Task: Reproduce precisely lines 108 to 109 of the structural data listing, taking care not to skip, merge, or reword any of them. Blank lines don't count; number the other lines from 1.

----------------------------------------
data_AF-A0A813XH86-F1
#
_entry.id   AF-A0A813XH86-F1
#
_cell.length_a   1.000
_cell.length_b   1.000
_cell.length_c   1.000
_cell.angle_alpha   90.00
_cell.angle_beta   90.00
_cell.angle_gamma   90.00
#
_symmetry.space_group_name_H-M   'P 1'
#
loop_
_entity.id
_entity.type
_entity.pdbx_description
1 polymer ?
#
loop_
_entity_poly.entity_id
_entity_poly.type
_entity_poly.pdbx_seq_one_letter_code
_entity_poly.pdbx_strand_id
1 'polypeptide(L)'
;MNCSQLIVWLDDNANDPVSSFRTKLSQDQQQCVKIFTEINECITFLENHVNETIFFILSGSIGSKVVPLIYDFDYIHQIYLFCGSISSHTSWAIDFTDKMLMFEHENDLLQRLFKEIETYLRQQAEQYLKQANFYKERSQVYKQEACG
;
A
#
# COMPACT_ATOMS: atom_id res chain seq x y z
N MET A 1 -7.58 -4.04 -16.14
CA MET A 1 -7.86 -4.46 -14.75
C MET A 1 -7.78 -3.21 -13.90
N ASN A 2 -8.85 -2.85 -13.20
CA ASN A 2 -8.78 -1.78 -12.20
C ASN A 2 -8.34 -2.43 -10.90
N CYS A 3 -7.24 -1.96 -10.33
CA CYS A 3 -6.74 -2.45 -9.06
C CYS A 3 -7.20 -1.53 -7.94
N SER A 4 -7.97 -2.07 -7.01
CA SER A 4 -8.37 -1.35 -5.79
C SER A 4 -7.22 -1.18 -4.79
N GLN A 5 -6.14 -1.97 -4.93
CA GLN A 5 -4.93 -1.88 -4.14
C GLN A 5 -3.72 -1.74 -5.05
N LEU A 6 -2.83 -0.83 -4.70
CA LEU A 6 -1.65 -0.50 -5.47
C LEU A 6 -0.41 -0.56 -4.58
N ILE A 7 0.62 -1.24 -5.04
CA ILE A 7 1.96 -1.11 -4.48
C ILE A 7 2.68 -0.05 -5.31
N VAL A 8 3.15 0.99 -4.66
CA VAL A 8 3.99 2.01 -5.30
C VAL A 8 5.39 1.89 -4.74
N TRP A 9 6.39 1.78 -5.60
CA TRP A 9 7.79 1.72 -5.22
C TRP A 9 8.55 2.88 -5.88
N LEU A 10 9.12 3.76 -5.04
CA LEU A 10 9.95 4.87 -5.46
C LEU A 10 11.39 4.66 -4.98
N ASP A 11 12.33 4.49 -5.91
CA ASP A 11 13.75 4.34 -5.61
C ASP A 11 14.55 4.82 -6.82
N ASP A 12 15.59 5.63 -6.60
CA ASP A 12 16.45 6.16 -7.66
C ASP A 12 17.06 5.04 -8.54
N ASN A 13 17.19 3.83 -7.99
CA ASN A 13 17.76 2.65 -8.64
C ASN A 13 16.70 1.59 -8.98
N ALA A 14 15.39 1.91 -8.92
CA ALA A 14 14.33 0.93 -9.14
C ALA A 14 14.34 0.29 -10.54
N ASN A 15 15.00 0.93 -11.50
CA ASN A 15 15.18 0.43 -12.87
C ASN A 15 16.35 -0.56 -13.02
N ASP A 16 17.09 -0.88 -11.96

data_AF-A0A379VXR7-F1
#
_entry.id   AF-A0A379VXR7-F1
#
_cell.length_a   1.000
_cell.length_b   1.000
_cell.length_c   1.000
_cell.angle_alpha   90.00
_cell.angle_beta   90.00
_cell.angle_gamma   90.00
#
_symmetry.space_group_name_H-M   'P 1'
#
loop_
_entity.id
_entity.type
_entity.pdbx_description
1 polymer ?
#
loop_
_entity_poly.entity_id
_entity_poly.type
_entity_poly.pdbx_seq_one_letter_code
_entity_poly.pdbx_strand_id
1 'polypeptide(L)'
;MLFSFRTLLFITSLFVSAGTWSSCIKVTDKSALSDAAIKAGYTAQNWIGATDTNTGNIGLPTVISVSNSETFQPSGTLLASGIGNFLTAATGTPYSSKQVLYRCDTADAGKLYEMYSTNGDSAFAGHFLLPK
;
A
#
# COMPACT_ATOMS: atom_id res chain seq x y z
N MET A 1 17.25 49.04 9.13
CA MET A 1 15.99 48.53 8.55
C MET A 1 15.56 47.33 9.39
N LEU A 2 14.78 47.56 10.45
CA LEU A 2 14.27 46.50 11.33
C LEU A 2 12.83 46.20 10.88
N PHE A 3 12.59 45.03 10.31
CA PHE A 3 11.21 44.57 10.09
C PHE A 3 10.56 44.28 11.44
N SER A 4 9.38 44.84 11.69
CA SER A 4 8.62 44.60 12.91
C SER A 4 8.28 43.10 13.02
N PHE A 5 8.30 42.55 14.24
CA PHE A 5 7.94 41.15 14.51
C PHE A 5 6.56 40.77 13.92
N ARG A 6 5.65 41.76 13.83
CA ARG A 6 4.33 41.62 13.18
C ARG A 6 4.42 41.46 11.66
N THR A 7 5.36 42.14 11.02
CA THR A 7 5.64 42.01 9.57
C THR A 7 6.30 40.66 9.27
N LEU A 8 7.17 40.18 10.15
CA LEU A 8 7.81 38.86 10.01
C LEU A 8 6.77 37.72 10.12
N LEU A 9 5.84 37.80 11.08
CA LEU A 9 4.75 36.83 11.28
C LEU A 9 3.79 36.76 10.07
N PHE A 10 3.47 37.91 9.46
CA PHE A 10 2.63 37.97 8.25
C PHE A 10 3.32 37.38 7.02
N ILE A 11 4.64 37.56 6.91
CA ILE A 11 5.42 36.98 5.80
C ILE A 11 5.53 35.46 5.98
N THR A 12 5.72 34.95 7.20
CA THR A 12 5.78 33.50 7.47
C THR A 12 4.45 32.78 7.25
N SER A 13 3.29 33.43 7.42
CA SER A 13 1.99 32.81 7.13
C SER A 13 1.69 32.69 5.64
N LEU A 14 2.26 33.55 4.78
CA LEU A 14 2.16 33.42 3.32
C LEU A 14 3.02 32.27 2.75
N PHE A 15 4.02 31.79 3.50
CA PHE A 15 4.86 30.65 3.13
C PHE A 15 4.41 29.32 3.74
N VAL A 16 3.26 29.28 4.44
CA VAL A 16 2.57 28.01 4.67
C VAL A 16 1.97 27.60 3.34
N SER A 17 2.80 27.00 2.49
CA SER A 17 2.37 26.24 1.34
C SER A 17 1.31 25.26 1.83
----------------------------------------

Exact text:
CA MET A 1 15.99 48.53 8.55
C MET A 1 15.56 47.33 9.39